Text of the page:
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Making Do

Women, Family and Home in Montreal during the Great Depression

Table of contents

Table of Contents for
Making Do: Women, Family, ahd Home in Montreal during the Great Depression by Denyse Baillargeon

List of Tables



Chapter 1: Domestic Labour and Economic Crisis

Homework Is Also Work

The Evolution of Domestic Labour before the Depression

Oral Sources

Chapter 2: From Birth to Marriage

Birth Families

Place of Birth and Residence

Father’s Occupation and Standard of Living

Number of Children and Place in Family


Working Experience

Domestic, Factory Hand or Salesgirl?

Learning Domestic Work

Chapter 3: Beyond Romance: Courtship and Marriage


Finding a “Good Husband”

The Wedding Day

Setting Up Housekeeping

The Trousseau

Savings and Personal Property

The First Home

Chapter 4: Motherhood

Sexuality and Contraception



Preparing for the Birth

Giving Birth

The Confinement

The Care and Discipline of Children

Infertility and Mothering

Chapter 5: Working for Pay and Managing the Household Finanace

A Living Wage

Income to Balance the Budget

Odd Jobs

Working in Your “Spare Time”

Managing the Budget and Women’s Economic Power

Making Ends Meet

Chapter 6: Housework

Women’s Space and Workplace

The Neighbourhood


Implements of Work

Organizing Household Tasks

The Cycle of Household Chores

Cutting Back on Necessities

Chapter 7: State, Family, Neighbours, and Credit

Government Assistance

Unemployment and Husband-Wife Relations

The Family

The Neighbours




Appendix A: Interview Guide

Appendix B: Thumbnail Biographies of the Women Interviewed

Appendix C: Scale of Winter and Summer Rations Approved by the City of Montreal (c. 1935)

Appendix D: Furnishing Bought by an Informant upon Her Marriage in 1932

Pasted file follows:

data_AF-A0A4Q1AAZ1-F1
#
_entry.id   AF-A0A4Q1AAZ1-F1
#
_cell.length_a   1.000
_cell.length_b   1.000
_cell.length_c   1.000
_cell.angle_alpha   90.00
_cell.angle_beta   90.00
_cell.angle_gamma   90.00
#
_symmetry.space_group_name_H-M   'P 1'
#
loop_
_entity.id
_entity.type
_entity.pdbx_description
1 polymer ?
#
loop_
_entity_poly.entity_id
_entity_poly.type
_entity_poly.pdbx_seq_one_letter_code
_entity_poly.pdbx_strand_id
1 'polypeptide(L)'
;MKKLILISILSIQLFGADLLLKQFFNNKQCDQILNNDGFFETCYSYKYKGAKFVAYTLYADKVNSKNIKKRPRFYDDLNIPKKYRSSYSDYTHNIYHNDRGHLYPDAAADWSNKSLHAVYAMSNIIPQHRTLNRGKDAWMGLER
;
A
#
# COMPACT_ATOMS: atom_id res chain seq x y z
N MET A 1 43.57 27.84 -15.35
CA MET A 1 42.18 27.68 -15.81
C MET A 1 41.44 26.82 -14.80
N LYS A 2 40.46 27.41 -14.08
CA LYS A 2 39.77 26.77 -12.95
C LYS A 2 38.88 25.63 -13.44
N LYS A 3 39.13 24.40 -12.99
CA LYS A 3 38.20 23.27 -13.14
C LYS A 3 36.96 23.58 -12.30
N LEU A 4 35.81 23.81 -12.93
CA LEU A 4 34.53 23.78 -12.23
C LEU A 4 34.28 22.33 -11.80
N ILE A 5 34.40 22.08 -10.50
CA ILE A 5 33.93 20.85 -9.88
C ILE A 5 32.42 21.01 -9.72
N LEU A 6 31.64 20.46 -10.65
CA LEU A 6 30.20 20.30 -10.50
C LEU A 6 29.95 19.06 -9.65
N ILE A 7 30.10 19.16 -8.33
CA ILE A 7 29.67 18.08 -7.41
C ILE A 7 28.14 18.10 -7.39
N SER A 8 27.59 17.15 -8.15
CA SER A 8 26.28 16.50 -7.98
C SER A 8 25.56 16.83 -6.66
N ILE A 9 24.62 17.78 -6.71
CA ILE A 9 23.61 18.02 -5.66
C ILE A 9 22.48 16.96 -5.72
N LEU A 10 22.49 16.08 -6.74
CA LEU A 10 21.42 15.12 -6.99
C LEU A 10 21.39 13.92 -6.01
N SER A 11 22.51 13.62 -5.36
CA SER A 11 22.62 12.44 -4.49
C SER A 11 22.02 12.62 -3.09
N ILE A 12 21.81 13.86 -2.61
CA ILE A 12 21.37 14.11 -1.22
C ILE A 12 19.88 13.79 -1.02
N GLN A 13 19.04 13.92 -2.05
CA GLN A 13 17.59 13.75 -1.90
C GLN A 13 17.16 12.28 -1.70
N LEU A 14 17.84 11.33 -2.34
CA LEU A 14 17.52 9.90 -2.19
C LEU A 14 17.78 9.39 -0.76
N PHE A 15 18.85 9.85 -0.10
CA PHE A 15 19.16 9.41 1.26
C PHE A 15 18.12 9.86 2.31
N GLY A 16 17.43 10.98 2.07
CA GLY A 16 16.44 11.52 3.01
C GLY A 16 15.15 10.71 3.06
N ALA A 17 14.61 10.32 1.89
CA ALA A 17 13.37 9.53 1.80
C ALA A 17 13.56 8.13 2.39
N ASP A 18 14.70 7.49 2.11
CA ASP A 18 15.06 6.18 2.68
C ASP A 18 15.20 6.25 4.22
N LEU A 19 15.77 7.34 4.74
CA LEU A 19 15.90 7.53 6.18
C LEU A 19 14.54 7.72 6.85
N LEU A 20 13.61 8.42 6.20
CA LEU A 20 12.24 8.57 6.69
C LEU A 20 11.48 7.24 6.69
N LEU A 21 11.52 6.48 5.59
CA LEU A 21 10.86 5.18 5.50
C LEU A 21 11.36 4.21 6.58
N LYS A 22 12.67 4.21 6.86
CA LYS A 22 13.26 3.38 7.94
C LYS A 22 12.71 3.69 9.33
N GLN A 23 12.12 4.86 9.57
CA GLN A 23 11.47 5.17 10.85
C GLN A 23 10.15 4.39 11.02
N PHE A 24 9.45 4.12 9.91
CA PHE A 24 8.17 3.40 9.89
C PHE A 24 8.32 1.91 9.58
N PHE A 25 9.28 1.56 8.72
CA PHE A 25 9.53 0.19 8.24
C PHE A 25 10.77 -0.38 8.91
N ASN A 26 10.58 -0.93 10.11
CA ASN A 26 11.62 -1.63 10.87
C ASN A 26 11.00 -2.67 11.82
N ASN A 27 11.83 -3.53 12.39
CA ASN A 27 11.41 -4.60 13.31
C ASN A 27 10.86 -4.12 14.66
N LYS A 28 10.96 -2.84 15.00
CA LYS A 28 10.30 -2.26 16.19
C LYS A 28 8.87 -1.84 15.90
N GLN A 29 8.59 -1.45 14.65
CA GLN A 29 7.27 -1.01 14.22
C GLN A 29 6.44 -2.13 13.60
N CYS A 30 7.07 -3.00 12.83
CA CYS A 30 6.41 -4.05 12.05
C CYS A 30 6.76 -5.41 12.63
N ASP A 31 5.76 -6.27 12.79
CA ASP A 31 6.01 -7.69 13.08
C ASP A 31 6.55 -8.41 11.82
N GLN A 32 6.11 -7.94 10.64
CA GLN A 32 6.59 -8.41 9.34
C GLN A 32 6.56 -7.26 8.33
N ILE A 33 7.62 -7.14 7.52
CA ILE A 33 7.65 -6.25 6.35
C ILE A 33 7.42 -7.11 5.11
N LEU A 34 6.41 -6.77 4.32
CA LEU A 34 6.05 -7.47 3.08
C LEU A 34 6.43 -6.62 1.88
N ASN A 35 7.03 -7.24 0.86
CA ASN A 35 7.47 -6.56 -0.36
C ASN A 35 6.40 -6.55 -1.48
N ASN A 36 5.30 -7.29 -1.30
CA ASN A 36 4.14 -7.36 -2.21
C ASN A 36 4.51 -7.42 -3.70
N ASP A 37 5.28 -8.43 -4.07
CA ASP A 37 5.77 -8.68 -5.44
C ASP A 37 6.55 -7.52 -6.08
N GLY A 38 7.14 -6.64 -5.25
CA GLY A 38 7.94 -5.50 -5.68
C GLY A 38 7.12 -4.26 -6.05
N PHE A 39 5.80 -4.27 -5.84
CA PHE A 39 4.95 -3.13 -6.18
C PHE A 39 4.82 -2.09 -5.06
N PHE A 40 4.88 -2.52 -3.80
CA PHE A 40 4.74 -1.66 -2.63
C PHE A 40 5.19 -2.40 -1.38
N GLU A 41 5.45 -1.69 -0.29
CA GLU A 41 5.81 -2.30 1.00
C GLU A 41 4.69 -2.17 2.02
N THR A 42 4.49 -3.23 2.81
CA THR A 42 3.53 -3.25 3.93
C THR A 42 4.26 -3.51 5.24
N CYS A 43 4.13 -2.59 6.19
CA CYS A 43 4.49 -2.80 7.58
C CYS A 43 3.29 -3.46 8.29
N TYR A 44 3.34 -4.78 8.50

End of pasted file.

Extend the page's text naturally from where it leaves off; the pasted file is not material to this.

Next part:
Appendix E: Floor Plans of Working-Class Flats

Appendix F: Percentage of Montreal Households Owning Various Equipment 1931–1958

Appendix G: Househould Appliances and Other Articles Used by Housewives





Life in the Great Depression — long lines of unemployed, soup kitchens, men riding the rails, public works projects — these are the graphic images of the Great Depression of the 1930s, popularized by the press and seared into our memories. But outside of a few distinctive stories gathered from the oral and anecdotal writings on strategies used to survive, we know next to nothing about the daily life of the working class during those long and hungry years.

How did the families survive when the principal breadwinner was unemployed? How did they feed, shelter and clothe themselves when relief payments covered barely half of their essential needs? To answer these questions Denyse Baillargeon looks at the contribution of the housewives. By interviewing Montreal francophone women who were already married at the beginning of the 1930s, and by examining their principal responsibilities, she uncovers the alternative strategies these housewives used to counter poverty. Their recollections made it possible to shed light not only on the impact of the economic crisis on their household duties during the Depression but also on their lives from childhood to World War II, and on the living conditions of the working class from which most of them came. This material is all the more valuable because it proceeds from a generation of women that will soon disappear and who have left very little in the way of written evidence behind.

This study, which draws us into the intricate lives of individuals, reveals a previously unexplored dimension of the Depression and shows the importance of considering the domestic sphere for understanding the complete history of the working class.


``Baillargeon's well-conceived study is welcome for its fresh perspective and contribution to a growing genre of women's history focusing on women's experience of daily life in an era of privation. ...A solid contribution to women's history generally and to Canadian women's history in particular. ''

- M.J. Moore, Choice

``The translation of this book, which was well received when it was published in French in 1991, will be welcomed by anglophone readers interested not only in the history of working-class women but also in the history of the popular and political cultures of 20th-century Canada. ''

- Dominique Marshall, Canadian Book Review Annual